"I think these children of God are going to be OK," Nathaniel says. "They're going to sleep and dream, like human beings do."
Should I be more assertive, I wonder, in trying to steer Nathaniel out of skid row and into a residential program? Wouldn't a little arm-twisting be more humane than leaving him here on the streets, where decades of horrendous public policy have created a colony of lost souls?
As he prepares his bed, Nathaniel plays the gracious host and offers me his dairy crate.
"You can rest on there and put your head against the cart," he says.
Before he crawls under the covers, he has a comment.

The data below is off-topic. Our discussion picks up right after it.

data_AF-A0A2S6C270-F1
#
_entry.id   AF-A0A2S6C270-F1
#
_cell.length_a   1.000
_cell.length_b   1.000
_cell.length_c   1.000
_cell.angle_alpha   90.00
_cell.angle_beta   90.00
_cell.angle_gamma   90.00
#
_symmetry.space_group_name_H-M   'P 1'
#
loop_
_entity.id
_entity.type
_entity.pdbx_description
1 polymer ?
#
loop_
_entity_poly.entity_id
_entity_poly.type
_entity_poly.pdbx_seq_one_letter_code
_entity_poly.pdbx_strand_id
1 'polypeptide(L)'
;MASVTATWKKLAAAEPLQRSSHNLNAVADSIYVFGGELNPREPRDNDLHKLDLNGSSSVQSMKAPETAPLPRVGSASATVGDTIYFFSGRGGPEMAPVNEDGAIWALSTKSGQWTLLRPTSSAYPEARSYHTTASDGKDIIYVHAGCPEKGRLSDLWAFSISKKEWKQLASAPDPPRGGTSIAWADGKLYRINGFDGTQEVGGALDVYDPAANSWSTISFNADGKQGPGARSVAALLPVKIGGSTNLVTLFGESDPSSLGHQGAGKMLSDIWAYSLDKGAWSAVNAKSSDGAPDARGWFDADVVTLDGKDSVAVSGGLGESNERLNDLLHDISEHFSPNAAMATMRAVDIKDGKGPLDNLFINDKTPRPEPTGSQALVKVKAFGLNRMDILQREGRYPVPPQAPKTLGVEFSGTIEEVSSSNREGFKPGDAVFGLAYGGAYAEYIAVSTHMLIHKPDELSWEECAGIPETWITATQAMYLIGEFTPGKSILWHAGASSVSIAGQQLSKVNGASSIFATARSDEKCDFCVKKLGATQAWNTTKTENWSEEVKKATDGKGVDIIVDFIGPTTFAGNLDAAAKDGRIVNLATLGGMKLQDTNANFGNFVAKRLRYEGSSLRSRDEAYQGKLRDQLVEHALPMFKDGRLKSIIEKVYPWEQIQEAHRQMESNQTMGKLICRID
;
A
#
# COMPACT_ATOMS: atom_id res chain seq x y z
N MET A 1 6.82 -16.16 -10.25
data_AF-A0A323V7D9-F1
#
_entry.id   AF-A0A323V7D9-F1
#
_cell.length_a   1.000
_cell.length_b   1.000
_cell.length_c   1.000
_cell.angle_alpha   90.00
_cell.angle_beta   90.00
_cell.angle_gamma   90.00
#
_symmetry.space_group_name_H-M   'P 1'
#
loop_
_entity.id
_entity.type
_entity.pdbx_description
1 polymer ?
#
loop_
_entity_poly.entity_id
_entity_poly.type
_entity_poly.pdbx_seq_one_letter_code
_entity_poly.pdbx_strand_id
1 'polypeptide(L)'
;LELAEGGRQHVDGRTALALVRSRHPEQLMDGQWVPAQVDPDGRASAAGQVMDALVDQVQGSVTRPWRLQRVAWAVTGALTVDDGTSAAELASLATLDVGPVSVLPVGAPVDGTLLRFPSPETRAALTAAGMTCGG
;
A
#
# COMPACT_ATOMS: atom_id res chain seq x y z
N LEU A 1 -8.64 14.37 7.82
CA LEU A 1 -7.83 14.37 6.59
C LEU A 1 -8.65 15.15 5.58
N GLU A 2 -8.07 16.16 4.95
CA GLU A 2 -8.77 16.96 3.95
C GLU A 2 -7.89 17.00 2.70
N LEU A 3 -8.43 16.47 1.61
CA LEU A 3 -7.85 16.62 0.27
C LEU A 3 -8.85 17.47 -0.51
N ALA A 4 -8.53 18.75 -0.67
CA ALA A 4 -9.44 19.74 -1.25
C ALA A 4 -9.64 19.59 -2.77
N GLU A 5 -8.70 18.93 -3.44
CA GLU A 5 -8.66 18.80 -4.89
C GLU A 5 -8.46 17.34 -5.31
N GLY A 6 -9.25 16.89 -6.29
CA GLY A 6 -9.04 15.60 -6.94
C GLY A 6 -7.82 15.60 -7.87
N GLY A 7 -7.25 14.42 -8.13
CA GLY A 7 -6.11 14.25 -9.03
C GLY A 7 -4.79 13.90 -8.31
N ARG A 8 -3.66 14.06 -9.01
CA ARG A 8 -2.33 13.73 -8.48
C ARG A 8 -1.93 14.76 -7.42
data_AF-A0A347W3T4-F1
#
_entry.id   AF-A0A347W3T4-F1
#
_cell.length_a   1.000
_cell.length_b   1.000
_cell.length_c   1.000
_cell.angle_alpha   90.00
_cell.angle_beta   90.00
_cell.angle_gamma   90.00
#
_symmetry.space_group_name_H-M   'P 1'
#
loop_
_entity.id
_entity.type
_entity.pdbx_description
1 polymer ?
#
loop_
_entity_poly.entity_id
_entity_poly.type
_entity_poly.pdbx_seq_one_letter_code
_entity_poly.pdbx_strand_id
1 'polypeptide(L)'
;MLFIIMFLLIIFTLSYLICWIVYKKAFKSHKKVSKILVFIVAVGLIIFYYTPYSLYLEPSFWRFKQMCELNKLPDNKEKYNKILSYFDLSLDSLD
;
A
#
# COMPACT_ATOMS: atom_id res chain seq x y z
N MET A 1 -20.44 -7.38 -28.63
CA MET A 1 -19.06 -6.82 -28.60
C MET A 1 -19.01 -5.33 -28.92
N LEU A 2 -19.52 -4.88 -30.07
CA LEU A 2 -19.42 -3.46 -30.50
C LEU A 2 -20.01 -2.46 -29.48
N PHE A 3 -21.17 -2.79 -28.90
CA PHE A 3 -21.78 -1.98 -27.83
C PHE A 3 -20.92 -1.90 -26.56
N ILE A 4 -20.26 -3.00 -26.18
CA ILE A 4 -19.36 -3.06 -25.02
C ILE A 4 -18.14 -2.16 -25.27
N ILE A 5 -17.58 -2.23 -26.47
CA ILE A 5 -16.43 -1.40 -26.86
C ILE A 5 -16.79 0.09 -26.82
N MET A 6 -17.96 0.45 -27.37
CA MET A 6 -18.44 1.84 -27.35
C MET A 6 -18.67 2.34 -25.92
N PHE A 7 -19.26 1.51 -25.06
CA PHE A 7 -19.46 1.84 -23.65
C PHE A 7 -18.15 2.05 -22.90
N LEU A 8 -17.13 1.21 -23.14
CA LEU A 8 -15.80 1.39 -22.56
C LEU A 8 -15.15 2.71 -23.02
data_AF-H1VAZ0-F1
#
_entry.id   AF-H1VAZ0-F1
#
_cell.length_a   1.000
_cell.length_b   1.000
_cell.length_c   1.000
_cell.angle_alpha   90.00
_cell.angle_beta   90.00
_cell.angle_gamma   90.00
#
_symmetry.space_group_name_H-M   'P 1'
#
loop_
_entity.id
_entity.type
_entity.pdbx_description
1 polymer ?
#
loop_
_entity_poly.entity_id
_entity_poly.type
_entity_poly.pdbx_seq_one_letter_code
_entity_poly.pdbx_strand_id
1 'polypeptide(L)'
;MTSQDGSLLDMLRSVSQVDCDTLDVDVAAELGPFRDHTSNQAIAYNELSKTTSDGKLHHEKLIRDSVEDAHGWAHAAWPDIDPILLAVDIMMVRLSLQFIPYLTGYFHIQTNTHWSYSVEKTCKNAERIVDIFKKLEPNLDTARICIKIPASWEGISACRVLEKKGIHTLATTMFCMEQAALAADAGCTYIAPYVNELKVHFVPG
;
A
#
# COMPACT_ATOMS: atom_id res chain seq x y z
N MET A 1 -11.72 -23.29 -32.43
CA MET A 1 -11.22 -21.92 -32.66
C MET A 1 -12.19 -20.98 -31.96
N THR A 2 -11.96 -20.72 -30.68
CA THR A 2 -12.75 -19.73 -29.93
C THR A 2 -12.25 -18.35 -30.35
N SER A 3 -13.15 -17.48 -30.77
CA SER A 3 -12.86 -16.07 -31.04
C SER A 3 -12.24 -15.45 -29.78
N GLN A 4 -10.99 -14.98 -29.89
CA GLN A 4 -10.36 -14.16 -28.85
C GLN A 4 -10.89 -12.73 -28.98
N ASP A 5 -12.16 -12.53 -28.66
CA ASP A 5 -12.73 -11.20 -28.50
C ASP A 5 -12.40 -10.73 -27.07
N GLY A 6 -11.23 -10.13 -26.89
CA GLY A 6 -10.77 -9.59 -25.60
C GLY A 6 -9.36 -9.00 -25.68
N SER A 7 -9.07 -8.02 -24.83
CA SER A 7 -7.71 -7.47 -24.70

"I love to think about musicians," he says. "I can imagine Mozart or Beethoven sitting in a room up there with the light on. They hunger and thirst like we do. It's angelic."
He sounds exhausted, but has one last thing to say.
"I hope you rest well, Mr. Lopez. I hope the whole world rests well."
Reach the columnist at firstname.lastname@example.org and read previous columns at latimes.com/lopez